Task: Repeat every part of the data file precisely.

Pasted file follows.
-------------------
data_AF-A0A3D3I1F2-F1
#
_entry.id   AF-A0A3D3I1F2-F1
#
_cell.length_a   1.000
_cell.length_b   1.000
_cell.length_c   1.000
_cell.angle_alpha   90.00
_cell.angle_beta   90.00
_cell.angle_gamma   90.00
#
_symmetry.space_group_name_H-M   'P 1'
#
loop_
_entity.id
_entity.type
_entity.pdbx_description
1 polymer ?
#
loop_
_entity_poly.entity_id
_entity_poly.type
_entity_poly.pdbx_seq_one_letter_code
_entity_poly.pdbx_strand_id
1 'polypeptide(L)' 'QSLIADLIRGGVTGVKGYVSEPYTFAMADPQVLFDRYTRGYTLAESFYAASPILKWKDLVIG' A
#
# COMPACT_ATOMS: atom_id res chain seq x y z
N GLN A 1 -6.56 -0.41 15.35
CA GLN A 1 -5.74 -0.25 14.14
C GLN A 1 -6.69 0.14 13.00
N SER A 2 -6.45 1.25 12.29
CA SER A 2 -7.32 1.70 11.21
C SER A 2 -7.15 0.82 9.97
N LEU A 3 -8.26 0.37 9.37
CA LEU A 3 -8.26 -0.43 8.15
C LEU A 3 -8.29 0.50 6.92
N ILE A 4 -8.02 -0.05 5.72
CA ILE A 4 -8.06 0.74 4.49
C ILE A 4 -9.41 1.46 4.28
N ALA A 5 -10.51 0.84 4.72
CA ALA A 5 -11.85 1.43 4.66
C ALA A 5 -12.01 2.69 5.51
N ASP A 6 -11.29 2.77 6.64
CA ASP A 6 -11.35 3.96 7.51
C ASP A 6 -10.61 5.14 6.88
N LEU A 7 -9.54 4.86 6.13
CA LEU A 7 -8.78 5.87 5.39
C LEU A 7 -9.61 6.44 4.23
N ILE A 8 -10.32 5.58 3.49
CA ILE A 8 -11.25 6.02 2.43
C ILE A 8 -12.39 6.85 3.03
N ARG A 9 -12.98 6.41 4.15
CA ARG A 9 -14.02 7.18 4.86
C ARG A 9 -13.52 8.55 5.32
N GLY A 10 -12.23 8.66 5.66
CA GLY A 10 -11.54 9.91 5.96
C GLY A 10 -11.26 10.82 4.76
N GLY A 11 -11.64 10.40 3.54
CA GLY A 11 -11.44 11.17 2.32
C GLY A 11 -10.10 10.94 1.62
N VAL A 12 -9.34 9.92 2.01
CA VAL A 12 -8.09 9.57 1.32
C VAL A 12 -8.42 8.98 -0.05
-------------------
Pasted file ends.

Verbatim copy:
data_AF-A0A3D3I1F2-F1
#
_entry.id   AF-A0A3D3I1F2-F1
#
_cell.length_a   1.000
_cell.length_b   1.000
_cell.length_c   1.000
_cell.angle_alpha   90.00
_cell.angle_beta   90.00
_cell.angle_gamma   90.00
#
_symmetry.space_group_name_H-M   'P 1'
#
loop_
_entity.id
_entity.type
_entity.pdbx_description
1 polymer ?
#
loop_
_entity_poly.entity_id
_entity_poly.type
_entity_poly.pdbx_seq_one_letter_code
_entity_poly.pdbx_strand_id
1 'polypeptide(L)' 'QSLIADLIRGGVTGVKGYVSEPYTFAMADPQVLFDRYTRGYTLAESFYAASPILKWKDLVIG' A
#
# COMPACT_ATOMS: atom_id res chain seq x y z
N GLN A 1 -6.56 -0.41 15.35
CA GLN A 1 -5.74 -0.25 14.14
C GLN A 1 -6.69 0.14 13.00
N SER A 2 -6.45 1.25 12.29
CA SER A 2 -7.32 1.70 11.21
C SER A 2 -7.15 0.82 9.97
N LEU A 3 -8.26 0.37 9.37
CA LEU A 3 -8.26 -0.43 8.15
C LEU A 3 -8.29 0.50 6.92
N ILE A 4 -8.02 -0.05 5.72
CA ILE A 4 -8.06 0.74 4.49
C ILE A 4 -9.41 1.46 4.28
N ALA A 5 -10.51 0.84 4.72
CA ALA A 5 -11.85 1.43 4.66
C ALA A 5 -12.01 2.69 5.51
N ASP A 6 -11.29 2.77 6.64
CA ASP A 6 -11.35 3.96 7.51
C ASP A 6 -10.61 5.14 6.88
N LEU A 7 -9.54 4.86 6.13
CA LEU A 7 -8.78 5.87 5.39
C LEU A 7 -9.61 6.44 4.23
N ILE A 8 -10.32 5.58 3.49
CA ILE A 8 -11.25 6.02 2.43
C ILE A 8 -12.39 6.85 3.03
N ARG A 9 -12.98 6.41 4.15
CA ARG A 9 -14.02 7.18 4.86
C ARG A 9 -13.52 8.55 5.32
N GLY A 10 -12.23 8.66 5.66
CA GLY A 10 -11.54 9.91 5.96
C GLY A 10 -11.26 10.82 4.76
N GLY A 11 -11.64 10.40 3.54
CA GLY A 11 -11.44 11.17 2.32
C GLY A 11 -10.10 10.94 1.62
N VAL A 12 -9.34 9.92 2.01
CA VAL A 12 -8.09 9.57 1.32
C VAL A 12 -8.42 8.98 -0.05